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Lauren Kaminsky

is a suicide attempt survivor.
this is her story

Lauren Kaminsky

is a suicide attempt survivor.

"I survived a suicide attempt."

Lauren Kaminsky is a behavioral therapist and teacher. She was 30 when I interviewed her in New York City on June 1, 2013.

Through my teen years, I dealt with depression on and off. I didn’t really recognize it as that, though—just a lot of mood swings and turbulence and supposedly typical teenage stuff.

I lost my grandmother when I was in middle school and I never really dealt with that. I went into denial at first and then the real deep sadness and depression, and I didn’t go to therapy. I didn’t do anything that I probably should have done. Me and my grandmother were really, really close, and I didn’t have a lot of other people. I had my parents and an uncle, but the bond that me and my grandmother had, I didn’t really have with anybody else. And not dealing with that, it just resurfaced.

I was 17 years old and I got into a huge fight with my mother, I mean, huge. I said horrible, nasty things to her. She had never, ever laid a hand on me, but she slapped me. I said some horrible things, trying to put that pain out there, I guess. I had to get a reaction. And that was it.

I was like, “Okay, I have no one now. I lost my grandmother and the only other person I’m close to is my mother.” We would fight a lot, and when that happened, it was like, “That’s it. Alright, I’m alone and I’m miserable and I’m done,” and I was done.

I went upstairs in the house and I went into the medicine cabinet looking for whatever I could find that I thought would end it. I took a bottle of Extra Strength Tylenol and took a huge handful and just swallowed them, and I didn’t realize that my youngest sister saw me do that. I went back downstairs and I wrote my suicide note, my goodbye, and went to sleep.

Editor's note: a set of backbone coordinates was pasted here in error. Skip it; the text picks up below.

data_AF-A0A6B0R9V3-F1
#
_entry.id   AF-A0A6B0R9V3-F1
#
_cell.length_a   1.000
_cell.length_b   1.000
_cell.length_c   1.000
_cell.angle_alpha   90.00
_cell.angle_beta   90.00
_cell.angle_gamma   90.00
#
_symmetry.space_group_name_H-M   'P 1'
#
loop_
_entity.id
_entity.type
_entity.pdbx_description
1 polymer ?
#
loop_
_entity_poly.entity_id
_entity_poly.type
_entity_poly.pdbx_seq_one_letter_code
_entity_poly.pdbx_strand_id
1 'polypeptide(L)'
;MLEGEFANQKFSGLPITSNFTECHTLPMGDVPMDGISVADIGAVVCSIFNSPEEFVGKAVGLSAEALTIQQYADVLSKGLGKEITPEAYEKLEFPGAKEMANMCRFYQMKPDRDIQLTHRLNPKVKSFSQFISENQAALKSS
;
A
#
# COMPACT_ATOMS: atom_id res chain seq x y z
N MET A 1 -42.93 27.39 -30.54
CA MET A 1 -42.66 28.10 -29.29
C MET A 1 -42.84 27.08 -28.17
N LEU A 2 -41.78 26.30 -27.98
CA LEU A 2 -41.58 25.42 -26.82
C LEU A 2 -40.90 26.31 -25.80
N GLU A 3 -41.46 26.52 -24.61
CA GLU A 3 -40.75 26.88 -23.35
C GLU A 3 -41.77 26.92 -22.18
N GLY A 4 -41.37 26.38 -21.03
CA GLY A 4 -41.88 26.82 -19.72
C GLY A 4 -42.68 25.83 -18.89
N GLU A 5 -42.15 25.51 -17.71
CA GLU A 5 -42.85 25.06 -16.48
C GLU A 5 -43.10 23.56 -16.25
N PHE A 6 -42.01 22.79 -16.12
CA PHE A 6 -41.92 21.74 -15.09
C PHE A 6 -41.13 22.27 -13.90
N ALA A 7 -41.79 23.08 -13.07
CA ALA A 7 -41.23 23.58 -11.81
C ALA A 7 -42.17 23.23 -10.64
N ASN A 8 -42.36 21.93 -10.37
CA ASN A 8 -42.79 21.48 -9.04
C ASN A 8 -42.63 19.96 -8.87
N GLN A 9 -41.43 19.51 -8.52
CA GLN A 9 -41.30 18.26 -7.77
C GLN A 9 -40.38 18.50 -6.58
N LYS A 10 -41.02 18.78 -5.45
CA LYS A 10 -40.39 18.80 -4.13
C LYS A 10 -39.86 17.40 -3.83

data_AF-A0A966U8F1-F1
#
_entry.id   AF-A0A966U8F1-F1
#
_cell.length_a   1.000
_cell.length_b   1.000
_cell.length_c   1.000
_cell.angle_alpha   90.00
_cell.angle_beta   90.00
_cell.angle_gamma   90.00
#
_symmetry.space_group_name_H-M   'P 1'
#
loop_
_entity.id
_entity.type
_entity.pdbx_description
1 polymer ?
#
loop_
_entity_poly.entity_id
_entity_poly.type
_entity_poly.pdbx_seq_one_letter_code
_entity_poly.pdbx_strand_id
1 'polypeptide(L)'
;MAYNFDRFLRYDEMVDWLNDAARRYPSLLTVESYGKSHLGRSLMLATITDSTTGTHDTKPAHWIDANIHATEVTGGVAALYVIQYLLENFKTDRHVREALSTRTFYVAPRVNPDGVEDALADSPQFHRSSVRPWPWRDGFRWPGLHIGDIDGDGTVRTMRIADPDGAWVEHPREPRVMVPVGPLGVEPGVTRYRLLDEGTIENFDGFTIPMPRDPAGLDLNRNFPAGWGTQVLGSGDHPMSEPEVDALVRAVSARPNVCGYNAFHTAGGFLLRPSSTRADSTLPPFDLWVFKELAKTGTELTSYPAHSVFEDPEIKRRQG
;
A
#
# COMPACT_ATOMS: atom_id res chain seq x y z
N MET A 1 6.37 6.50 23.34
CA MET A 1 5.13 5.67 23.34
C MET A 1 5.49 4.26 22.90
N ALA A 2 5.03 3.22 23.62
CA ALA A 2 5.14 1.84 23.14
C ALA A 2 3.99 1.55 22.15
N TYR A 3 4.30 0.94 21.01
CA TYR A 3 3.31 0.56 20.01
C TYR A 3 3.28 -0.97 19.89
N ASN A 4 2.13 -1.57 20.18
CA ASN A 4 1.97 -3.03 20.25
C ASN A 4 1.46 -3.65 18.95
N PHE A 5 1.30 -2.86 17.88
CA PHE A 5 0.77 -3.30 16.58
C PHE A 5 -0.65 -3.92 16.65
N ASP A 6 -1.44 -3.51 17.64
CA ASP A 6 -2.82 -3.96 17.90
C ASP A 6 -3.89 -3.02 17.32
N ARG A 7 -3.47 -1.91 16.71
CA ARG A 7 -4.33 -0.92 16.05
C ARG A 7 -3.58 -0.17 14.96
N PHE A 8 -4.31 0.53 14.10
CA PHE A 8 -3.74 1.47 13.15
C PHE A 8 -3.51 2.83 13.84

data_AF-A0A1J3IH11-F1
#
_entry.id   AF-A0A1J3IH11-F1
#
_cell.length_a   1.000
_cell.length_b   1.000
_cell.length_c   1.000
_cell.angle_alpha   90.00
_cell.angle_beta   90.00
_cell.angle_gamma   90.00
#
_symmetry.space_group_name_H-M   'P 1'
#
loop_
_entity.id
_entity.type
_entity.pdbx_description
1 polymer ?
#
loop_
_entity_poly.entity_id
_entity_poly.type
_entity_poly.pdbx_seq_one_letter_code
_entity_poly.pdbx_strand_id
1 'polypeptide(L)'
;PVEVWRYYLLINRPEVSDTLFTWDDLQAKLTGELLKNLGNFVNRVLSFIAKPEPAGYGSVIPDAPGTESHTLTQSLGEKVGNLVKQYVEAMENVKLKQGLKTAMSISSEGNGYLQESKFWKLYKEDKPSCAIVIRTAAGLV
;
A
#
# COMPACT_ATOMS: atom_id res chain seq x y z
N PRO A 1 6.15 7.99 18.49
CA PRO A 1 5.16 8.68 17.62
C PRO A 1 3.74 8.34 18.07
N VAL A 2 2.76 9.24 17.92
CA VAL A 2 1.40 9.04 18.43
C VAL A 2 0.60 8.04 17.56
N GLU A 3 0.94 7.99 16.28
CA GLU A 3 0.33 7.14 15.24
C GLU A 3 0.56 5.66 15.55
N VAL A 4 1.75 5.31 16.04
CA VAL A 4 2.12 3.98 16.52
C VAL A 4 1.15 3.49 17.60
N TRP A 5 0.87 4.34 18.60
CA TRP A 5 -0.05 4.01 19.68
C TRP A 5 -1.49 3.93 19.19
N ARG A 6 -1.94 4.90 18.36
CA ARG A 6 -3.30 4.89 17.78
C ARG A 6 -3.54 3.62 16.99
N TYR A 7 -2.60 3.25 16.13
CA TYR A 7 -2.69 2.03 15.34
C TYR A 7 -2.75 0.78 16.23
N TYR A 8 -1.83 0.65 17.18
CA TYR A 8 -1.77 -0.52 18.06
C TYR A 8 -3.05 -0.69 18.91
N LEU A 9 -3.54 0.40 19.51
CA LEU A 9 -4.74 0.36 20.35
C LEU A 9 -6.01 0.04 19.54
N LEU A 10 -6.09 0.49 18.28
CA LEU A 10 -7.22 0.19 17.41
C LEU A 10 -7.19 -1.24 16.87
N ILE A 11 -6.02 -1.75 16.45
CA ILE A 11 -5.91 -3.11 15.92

I was like, “That’s it. Okay, so I’m gonna go to sleep and I’m done.”

My little sister went to my parents and said, “Lauren took a bunch of pills out of the medicine cabinet.”

I was asleep and my mother came to my door. She asked me if I did and I said no. I went back to sleep and then she was really worried and she came back and asked me again. She had got my father.

She said, “Tell me the truth. What did you do?”

I admitted that I took a huge handful of pills. Actually, I think I said, “I took a couple Tylenol, Mom, I’m fine.”

My father got me out of bed right away and my mother called the poison control hotline. They said, “You have to take her to the hospital right away.”

I can remember my dad walking me up and down the street trying giving me tons of water, trying to get me to throw up and to stay conscious. They got me to the hospital, but they didn’t call an ambulance. They drove because the stigma was still there, and I think they were scared even to take me to the hospital. I was 17 years old and was this gonna affect my future, somehow? Even though I wasn’t ready to have a future, they were still worried about that.

At some point I lost consciousness. I still wouldn’t admit to the nurses at the hospital how much Tylenol I had actually taken. I said, “I just took a couple of pills.”

Eventually my blood work came back and she said, “You took a lot more than a couple.”

I ended up in the ICU overnight. At one point, it was late at night. I had woken up and I guess the nurses were taking my temperature, doing something, and they thought I was still asleep.

I overheard them talking about me—the fact that I was there—and one nurse said, “I just don’t understand. I can’t understand how someone this young could think things are so bad that they would want to end it.”